Monthly Archives: July 2012

Eastlake police reports include a burglary and thefts of a bike, motorcycle and car

Police reports for Eastlake for the last two weeks include a restaurant burglary and thefts of a bicycle, a motorcycle and a car:

  • July 19: Motorcycle theft, 2000 block of Boylston Ave. E., 12:01 a.m.
  • July 19: Person with a gun, Eastlake E. and E. Roanoke, 5:19 p.m.
  • July 19: Narcotics, 1900 block of Eastlake Ave. E., 8:38 p.m.
  • July 20: Bicycle theft, 3300 block of Fuhrman Ave. E., 3:36 p.m.
  • July 21: Disturbance, Fairview E. and E. Blaine, 2:26 a.m.
  • July 21: Fire response, 2300 block of Franklin Ave. E., 5:29 p.m.
  • July 22: Noise disturbance, 2800 block of Eastlake Ave. E., 3:52 a.m.
  • July 23: Motor vehicle accident, 1900 block of Eastlake Ave. E., 6 p.m.
  • July 23: Disturbance, 2800 block of Franklin Ave. E., 11:22 p.m.
  • July 24: Burglary, forced, non-residential, 1800 block of Eastlake Ave. E., 3:53 a.m.: Police responded to a silent alarm at a restaurant in this block. They found signs of forced entry at the front door. A K9 unit searched the premises but didn’t find anyone. A manager for the restaurant who arrived said it appeared nothing had been taken.
  • July 27: Property destruction, Fairview E. and E. Allison, 9:07 a.m.
  • July 28: Noise disturbance, Yale Terrace E. and E. Roanoke, 11:04 p.m.
  • July 29: Natural gas odor, 2000 block of Fairview Ave. E., 11:51 p.m.
  • July 31: Auto theft, 1300 block of Lakeview Blvd., 3:57 p.m.

City garbage strike doesn’t affect Eastlake; pickups continue as normal

In case you’ve been wondering, Eastlake won’t be affected by the current garbage haulers’ strike in Seattle.

That’s because Eastlake, as well as the rest of central and northeast Seattle, are serviced by CleanScapes. The strike involves unionized workers for Waste Management, which serves other parts of the city. You can see the affected areas on this map from the city’s website.

According to a press release from Seattle Public Utilities, the strike is affecting about 60 percent of the city.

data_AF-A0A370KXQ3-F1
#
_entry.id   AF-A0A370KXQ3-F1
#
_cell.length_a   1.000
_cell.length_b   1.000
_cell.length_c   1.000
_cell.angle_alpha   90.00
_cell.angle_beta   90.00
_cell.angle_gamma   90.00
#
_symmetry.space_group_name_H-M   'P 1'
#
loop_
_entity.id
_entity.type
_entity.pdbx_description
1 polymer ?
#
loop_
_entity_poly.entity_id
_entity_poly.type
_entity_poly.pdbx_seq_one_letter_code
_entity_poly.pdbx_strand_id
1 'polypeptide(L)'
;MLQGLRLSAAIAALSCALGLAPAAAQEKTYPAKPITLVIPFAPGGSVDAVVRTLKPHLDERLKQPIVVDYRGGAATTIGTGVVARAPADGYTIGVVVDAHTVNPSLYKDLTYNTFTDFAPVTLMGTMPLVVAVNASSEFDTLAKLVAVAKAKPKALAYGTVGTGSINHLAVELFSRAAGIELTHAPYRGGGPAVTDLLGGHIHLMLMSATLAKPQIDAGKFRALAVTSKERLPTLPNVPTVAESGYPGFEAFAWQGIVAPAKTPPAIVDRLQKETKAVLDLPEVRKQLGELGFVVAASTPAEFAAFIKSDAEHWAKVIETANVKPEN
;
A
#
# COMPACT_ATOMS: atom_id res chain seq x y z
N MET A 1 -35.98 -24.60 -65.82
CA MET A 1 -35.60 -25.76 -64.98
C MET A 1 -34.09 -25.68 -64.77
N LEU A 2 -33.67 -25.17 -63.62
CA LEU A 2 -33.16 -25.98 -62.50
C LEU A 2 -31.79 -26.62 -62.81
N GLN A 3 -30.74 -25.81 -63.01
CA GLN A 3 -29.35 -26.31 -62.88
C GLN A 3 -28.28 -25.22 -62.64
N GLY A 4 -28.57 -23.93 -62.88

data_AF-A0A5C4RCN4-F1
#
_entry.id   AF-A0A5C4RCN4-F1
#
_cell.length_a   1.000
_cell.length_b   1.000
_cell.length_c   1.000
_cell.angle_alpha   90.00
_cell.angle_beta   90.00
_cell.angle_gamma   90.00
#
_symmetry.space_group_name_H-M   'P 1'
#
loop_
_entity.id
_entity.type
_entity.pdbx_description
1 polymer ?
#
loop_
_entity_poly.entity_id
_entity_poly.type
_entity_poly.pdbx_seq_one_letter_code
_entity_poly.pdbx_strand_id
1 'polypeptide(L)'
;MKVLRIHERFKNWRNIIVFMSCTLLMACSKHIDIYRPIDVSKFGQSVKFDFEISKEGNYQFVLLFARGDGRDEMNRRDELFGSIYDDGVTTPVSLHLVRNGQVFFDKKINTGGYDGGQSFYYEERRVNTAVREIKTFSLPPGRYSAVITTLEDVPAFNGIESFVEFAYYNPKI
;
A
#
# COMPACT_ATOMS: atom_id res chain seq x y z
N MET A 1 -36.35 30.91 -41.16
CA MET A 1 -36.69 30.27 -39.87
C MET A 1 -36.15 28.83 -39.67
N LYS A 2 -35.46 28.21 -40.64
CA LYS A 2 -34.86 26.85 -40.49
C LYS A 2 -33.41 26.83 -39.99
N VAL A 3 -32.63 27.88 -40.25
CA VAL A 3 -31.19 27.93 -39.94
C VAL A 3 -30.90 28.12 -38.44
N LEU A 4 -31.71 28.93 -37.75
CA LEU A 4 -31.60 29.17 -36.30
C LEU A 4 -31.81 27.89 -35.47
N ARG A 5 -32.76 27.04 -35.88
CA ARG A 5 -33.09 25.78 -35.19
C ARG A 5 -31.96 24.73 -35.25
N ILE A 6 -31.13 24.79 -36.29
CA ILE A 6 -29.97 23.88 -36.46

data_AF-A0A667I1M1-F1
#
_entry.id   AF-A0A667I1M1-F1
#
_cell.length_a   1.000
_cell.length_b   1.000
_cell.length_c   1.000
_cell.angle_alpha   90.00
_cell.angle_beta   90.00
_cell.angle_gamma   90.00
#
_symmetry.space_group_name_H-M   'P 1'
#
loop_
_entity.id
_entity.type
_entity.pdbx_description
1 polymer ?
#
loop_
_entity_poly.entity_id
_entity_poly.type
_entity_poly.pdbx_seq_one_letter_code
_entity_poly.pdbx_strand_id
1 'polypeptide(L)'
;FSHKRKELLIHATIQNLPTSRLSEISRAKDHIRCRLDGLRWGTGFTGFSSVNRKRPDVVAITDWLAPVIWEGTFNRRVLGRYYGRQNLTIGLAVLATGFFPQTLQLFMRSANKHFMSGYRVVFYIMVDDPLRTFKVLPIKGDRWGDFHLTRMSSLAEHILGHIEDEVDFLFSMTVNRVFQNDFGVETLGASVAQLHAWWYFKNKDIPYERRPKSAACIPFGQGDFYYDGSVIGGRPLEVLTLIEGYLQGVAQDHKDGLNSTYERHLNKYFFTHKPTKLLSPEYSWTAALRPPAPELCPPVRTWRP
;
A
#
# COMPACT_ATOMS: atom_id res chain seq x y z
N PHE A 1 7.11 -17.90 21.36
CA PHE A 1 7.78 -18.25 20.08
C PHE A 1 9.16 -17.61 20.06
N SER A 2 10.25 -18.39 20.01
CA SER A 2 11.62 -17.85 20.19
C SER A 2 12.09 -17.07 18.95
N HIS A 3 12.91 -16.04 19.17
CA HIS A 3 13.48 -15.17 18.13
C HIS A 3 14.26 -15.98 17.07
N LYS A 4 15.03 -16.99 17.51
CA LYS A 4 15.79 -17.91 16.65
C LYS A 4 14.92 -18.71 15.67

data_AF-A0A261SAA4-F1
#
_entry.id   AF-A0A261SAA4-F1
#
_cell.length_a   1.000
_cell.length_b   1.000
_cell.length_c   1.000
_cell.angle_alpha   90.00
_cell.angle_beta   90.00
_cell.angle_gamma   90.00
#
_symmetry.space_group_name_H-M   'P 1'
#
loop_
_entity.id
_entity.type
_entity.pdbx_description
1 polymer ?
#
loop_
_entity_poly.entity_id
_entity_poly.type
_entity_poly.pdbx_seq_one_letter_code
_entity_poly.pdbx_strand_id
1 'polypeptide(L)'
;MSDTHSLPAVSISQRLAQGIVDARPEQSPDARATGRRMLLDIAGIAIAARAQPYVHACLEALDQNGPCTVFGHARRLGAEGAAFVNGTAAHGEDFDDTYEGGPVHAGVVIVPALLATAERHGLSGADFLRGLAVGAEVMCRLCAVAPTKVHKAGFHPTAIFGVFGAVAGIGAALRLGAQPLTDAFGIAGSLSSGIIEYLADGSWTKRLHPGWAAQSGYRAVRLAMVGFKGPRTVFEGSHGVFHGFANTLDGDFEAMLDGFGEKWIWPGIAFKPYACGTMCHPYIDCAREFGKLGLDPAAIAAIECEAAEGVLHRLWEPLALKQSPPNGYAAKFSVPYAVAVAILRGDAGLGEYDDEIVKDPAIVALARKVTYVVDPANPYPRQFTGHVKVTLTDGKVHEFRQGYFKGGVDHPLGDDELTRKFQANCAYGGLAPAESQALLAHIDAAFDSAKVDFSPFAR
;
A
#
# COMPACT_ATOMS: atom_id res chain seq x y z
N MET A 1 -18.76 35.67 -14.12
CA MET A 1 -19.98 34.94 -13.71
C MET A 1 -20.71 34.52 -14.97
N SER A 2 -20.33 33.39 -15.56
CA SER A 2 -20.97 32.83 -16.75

The Seattle Times is reporting that Waste Management brought in outside workers today (Friday, July 27) to collect garbage from hospitals, day cares and nursing homes.

The dispute centers on a wage disparity between Waste Management’s recycling truck drivers and drivers of garbage trucks. Recycling drivers at Waste Management earn about $9 less an hour than garbage workers, according to the Seattle Times. The Times story notes this isn’t the case at CleanScapes:

Seattle’s other waste-hauling contractor, CleanScapes, pays drivers of recycling and compost trucks the same as garbage drivers under a contract with Teamsters Local 174, said company spokesman John Taylor.

A starting CleanScapes driver earns $19.73 an hour, compared with about $17 for a Waste Management recycling driver and about $26 for a Waste Management garbage driver.

Eastlake residents angry, concerned about new apartment development on Franklin

The signs are popping up all over Eastlake: Yellow, letter-sized notices about a new development on Franklin Avenue E.:

39 New Residents
NO NEW PARKING
No Neighborhood Review
No Neighborhood Input
No Land Use Action Sign

The notice ends by noting that: “These building are permanent and Eastlake will suffer for a long time.”

The development in question will replace a house at 2371 Franklin Ave. E. The official city permit for the project says it contains five units, but neighbors note that it will actually have 39 individual units grouped around common kitchens on each floor (a basement and four other floors, with one kitchen on each floor). 


If it was counted as 39 units, the development would require environmental and design reviews and offer neighborhood residents a chance to have input on the building.

The neighbors also question locating such a project, which they fear will have transient occupants, just two doors from the TOPS@Seward School and two houses away from a daycare center.

Members of the Eastlake group have organized under the name Count Units Properly Please. They’ve been writing to Mayor McGinn, members of the city council and the Department of Planning and Development questioning how a building with 39 individual bedrooms can be counted as five-units. They are also concerned because, under existing city zoning laws and policies, the new building won’t need to provide parking for its residents.